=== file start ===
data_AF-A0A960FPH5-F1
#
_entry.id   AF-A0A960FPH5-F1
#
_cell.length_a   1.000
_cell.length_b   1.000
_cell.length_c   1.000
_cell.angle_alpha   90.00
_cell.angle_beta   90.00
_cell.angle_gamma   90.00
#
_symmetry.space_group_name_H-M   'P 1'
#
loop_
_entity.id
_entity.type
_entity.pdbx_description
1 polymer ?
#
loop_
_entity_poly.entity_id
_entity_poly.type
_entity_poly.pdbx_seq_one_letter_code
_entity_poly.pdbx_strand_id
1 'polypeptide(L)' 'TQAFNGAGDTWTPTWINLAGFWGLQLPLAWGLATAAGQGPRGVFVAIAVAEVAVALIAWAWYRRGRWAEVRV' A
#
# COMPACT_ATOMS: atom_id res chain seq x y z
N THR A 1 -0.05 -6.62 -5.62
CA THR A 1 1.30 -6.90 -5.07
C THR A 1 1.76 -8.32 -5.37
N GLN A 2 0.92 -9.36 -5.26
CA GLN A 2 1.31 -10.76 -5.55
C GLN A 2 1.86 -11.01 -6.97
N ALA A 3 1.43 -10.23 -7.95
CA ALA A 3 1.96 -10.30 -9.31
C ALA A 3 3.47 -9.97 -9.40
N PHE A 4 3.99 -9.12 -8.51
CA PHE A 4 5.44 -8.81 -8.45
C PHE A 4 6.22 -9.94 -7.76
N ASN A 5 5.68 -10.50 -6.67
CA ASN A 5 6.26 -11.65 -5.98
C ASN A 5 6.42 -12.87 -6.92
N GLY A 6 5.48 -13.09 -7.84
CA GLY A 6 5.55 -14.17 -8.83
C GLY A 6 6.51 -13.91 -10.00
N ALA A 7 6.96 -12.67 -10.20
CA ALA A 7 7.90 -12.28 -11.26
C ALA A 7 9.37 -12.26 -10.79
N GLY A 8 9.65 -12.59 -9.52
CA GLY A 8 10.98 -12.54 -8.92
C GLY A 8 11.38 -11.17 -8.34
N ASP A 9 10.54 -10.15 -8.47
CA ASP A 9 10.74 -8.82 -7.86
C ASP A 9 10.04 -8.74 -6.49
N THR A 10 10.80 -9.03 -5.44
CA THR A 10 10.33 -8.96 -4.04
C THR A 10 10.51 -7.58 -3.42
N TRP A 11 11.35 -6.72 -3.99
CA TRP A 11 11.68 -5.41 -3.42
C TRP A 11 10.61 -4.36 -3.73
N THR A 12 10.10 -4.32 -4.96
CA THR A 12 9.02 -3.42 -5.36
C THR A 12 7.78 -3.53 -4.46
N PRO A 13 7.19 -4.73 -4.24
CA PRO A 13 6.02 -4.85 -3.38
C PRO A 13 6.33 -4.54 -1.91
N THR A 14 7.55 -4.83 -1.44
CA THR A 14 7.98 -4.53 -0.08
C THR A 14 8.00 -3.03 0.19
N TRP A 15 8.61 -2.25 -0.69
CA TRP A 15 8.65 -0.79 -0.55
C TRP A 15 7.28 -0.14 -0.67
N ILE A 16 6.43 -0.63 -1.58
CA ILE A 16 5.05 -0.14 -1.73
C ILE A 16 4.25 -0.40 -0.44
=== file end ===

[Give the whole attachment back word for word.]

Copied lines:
data_AF-A0A960FPH5-F1
#
_entry.id   AF-A0A960FPH5-F1
#
_cell.length_a   1.000
_cell.length_b   1.000
_cell.length_c   1.000
_cell.angle_alpha   90.00
_cell.angle_beta   90.00
_cell.angle_gamma   90.00
#
_symmetry.space_group_name_H-M   'P 1'
#
loop_
_entity.id
_entity.type
_entity.pdbx_description
1 polymer ?
#
loop_
_entity_poly.entity_id
_entity_poly.type
_entity_poly.pdbx_seq_one_letter_code
_entity_poly.pdbx_strand_id
1 'polypeptide(L)' 'TQAFNGAGDTWTPTWINLAGFWGLQLPLAWGLATAAGQGPRGVFVAIAVAEVAVALIAWAWYRRGRWAEVRV' A
#
# COMPACT_ATOMS: atom_id res chain seq x y z
N THR A 1 -0.05 -6.62 -5.62
CA THR A 1 1.30 -6.90 -5.07
C THR A 1 1.76 -8.32 -5.37
N GLN A 2 0.92 -9.36 -5.26
CA GLN A 2 1.31 -10.76 -5.55
C GLN A 2 1.86 -11.01 -6.97
N ALA A 3 1.43 -10.23 -7.95
CA ALA A 3 1.96 -10.30 -9.31
C ALA A 3 3.47 -9.97 -9.40
N PHE A 4 3.99 -9.12 -8.51
CA PHE A 4 5.44 -8.81 -8.45
C PHE A 4 6.22 -9.94 -7.76
N ASN A 5 5.68 -10.50 -6.67
CA ASN A 5 6.26 -11.65 -5.98
C ASN A 5 6.42 -12.87 -6.92
N GLY A 6 5.48 -13.09 -7.84
CA GLY A 6 5.55 -14.17 -8.83
C GLY A 6 6.51 -13.91 -10.00
N ALA A 7 6.96 -12.67 -10.20
CA ALA A 7 7.90 -12.28 -11.26
C ALA A 7 9.37 -12.26 -10.79
N GLY A 8 9.65 -12.59 -9.52
CA GLY A 8 10.98 -12.54 -8.92
C GLY A 8 11.38 -11.17 -8.34
N ASP A 9 10.54 -10.15 -8.47
CA ASP A 9 10.74 -8.82 -7.86
C ASP A 9 10.04 -8.74 -6.49
N THR A 10 10.80 -9.03 -5.44
CA THR A 10 10.33 -8.96 -4.04
C THR A 10 10.51 -7.58 -3.42
N TRP A 11 11.35 -6.72 -3.99
CA TRP A 11 11.68 -5.41 -3.42
C TRP A 11 10.61 -4.36 -3.73
N THR A 12 10.10 -4.32 -4.96
CA THR A 12 9.02 -3.42 -5.36
C THR A 12 7.78 -3.53 -4.46
N PRO A 13 7.19 -4.73 -4.24
CA PRO A 13 6.02 -4.85 -3.38
C PRO A 13 6.33 -4.54 -1.91
N THR A 14 7.55 -4.83 -1.44
CA THR A 14 7.98 -4.53 -0.08
C THR A 14 8.00 -3.03 0.19
N TRP A 15 8.61 -2.25 -0.69
CA TRP A 15 8.65 -0.79 -0.55
C TRP A 15 7.28 -0.14 -0.67
N ILE A 16 6.43 -0.63 -1.58
CA ILE A 16 5.05 -0.14 -1.73
C ILE A 16 4.25 -0.40 -0.44